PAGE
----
An ecologist goes out into the field and collects information from
two separate plots of the same size but with one big
difference: Plot 1 is in the woods and Plot 2 is in a pasture.
The ecologist is interested in the types of insects that are
found in the plots and whether there is a difference between
the two plots.
What will we find out?
First! Make Your Hypothesis
• A hypothesis is an educated guess based on
knowledge
• A hypothesis can be either accepted or
rejected based on the collected data and data
analysis
• Based on the hypothesis, predictions can be
made about answers to biological questions.
Examples of Hypotheses
There is water on Mars. True! Almost all of it is ice. Source: NASA
The global temperature of our planet has risen. True! Between 1906 and
2007, the global surface temperature has risen 0.74ºC [±.18]. Source: IPCC
More people in this room like Justin Bieber than do not like him. Test
it out – what did you find?
What would be a good hypothesis for our
ecologist?
Examples of Hypotheses
There is water on Mars. True! Almost all of it is ice. Source: NASA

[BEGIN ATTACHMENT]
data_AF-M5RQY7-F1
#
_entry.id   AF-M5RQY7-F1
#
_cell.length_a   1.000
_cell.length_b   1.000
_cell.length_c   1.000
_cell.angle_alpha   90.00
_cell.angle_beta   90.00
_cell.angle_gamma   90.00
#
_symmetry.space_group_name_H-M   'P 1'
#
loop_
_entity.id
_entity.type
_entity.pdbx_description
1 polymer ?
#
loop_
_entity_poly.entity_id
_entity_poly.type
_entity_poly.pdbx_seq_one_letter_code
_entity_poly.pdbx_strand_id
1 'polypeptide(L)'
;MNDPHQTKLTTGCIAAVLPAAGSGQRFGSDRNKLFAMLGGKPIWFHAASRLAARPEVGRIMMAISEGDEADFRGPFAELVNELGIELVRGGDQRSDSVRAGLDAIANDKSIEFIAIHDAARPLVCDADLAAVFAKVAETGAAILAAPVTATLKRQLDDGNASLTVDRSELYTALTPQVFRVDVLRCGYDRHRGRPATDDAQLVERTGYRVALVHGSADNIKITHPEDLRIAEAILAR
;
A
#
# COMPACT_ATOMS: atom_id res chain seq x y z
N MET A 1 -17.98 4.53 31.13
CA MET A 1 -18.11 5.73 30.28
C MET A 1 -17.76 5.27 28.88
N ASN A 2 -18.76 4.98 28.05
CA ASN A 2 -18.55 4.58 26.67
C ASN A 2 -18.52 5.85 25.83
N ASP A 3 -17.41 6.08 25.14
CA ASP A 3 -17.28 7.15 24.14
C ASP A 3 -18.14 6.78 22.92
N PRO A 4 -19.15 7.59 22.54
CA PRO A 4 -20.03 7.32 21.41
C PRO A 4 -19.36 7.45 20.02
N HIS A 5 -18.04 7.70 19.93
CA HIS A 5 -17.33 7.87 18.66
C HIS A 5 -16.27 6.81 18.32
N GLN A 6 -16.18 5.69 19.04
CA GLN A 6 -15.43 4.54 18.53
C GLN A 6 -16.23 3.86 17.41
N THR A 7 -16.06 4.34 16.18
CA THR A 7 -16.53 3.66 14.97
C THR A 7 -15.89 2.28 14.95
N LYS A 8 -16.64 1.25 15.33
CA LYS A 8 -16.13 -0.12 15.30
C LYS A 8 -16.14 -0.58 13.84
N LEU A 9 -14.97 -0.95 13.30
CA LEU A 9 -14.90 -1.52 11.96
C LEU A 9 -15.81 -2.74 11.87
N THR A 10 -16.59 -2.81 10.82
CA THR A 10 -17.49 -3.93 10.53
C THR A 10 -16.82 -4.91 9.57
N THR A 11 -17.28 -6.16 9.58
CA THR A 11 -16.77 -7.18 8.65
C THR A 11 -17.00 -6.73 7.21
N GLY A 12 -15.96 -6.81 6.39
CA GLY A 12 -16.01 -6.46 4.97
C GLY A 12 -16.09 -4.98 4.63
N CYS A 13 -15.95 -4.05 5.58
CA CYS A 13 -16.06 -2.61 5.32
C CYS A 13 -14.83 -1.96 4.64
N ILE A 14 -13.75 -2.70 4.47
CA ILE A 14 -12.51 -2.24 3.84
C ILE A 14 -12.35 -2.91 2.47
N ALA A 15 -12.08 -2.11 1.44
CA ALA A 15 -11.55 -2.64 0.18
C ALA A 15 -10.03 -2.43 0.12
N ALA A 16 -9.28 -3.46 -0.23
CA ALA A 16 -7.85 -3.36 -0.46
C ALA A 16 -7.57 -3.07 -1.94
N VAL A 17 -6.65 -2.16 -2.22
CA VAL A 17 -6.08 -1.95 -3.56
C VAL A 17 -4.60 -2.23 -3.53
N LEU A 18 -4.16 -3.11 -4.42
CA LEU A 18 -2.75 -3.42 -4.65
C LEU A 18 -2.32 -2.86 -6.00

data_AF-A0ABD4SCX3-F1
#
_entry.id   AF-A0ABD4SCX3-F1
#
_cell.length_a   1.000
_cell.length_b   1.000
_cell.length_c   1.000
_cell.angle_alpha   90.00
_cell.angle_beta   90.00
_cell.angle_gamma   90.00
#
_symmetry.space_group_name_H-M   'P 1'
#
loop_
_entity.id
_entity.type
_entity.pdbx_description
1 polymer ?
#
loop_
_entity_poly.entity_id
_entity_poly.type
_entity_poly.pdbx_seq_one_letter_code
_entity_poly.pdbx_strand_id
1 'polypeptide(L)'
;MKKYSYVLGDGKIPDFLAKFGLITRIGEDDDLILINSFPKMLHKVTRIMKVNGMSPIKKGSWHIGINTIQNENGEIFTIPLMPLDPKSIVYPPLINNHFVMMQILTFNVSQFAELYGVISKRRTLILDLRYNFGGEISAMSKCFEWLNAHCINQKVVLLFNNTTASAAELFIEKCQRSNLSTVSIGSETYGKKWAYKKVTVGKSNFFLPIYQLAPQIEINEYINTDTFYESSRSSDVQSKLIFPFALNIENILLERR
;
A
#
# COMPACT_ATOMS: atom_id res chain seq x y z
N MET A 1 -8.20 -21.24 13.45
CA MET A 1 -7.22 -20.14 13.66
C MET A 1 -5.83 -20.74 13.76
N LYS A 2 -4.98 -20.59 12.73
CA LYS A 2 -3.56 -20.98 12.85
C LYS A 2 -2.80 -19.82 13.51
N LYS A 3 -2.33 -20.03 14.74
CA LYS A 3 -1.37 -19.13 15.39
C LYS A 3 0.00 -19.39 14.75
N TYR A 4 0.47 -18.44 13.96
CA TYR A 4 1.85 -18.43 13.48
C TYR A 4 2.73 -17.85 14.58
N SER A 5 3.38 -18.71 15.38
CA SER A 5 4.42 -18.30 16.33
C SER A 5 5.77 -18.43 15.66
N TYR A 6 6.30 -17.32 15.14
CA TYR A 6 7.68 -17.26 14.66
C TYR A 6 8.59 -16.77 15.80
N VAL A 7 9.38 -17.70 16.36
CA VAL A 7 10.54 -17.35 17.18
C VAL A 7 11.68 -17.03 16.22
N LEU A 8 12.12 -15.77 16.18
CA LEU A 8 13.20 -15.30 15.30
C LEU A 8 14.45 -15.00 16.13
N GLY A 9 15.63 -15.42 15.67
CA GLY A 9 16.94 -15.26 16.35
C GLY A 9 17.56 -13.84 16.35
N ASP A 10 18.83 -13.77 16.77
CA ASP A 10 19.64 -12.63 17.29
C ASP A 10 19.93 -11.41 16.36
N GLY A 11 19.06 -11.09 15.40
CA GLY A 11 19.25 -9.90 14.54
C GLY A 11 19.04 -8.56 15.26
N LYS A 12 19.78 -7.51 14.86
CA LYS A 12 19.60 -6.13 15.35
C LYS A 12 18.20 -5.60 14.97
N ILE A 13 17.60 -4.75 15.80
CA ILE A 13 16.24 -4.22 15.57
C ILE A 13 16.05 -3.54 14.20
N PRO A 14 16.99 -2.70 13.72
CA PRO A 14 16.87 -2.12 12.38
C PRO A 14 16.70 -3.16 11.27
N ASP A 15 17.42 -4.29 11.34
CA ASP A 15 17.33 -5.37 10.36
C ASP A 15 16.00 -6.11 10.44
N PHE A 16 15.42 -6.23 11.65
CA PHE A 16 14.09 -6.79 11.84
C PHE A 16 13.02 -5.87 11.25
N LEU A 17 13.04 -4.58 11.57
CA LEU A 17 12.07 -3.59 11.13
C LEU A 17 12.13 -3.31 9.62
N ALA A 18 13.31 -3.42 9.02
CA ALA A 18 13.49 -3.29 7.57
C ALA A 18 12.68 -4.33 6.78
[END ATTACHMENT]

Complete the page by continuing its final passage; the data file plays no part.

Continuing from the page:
The global temperature of our planet has risen. True! Between 1906 and
2007, the global surface temperature has risen 0.74ºC [±.18]. Source: IPCC
More people in this room like Justin Bieber than do not like him. Test
it out – what did you find?
What would be a good hypothesis for our
ecologist?
Field Data
Species
Plot 1 Woods
Plot 2 field
Centipedes
50
10
Millipedes
36
50
Butterflies
35
0
Lady bugs
55
39
Based on the data:
• Which plot has more species richness?
• Which plot has more species
evenness?
• Which plot has more biodiversity?
Answers:
• Plot 1, the woods, has more species richness. In plot
2, the pasture, there are no butterflies. Plot 1 has 4
species while Plot 2 only has 3 species present.
• Plot 1 also has more species evenness. There is
close to the same number of individuals in each
group.
• Therefore, plot 1 is more diverse than plot 2 because